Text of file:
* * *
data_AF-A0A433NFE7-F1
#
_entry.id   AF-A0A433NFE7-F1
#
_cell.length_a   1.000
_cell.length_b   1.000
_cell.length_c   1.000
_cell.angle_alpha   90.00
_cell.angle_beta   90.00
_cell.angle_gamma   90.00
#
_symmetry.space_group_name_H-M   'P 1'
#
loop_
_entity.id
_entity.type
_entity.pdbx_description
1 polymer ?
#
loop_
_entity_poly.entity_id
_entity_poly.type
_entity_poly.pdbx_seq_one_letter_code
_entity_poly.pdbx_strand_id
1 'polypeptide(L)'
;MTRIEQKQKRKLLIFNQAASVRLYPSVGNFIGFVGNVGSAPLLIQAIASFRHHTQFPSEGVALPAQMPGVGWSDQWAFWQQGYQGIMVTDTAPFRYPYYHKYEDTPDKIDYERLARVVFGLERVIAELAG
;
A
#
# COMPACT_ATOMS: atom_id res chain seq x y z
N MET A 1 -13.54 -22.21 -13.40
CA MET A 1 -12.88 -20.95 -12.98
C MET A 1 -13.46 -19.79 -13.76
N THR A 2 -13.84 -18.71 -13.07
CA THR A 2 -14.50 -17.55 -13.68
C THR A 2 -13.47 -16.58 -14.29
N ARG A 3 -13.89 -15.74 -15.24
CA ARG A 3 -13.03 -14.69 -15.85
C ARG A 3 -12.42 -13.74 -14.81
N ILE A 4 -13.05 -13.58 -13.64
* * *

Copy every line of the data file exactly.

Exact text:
data_AF-A0A433NFE7-F1
#
_entry.id   AF-A0A433NFE7-F1
#
_cell.length_a   1.000
_cell.length_b   1.000
_cell.length_c   1.000
_cell.angle_alpha   90.00
_cell.angle_beta   90.00
_cell.angle_gamma   90.00
#
_symmetry.space_group_name_H-M   'P 1'
#
loop_
_entity.id
_entity.type
_entity.pdbx_description
1 polymer ?
#
loop_
_entity_poly.entity_id
_entity_poly.type
_entity_poly.pdbx_seq_one_letter_code
_entity_poly.pdbx_strand_id
1 'polypeptide(L)'
;MTRIEQKQKRKLLIFNQAASVRLYPSVGNFIGFVGNVGSAPLLIQAIASFRHHTQFPSEGVALPAQMPGVGWSDQWAFWQQGYQGIMVTDTAPFRYPYYHKYEDTPDKIDYERLARVVFGLERVIAELAG
;
A
#
# COMPACT_ATOMS: atom_id res chain seq x y z
N MET A 1 -13.54 -22.21 -13.40
CA MET A 1 -12.88 -20.95 -12.98
C MET A 1 -13.46 -19.79 -13.76
N THR A 2 -13.84 -18.71 -13.07
CA THR A 2 -14.50 -17.55 -13.68
C THR A 2 -13.47 -16.58 -14.29
N ARG A 3 -13.89 -15.74 -15.24
CA ARG A 3 -13.03 -14.69 -15.85
C ARG A 3 -12.42 -13.74 -14.81
N ILE A 4 -13.05 -13.58 -13.64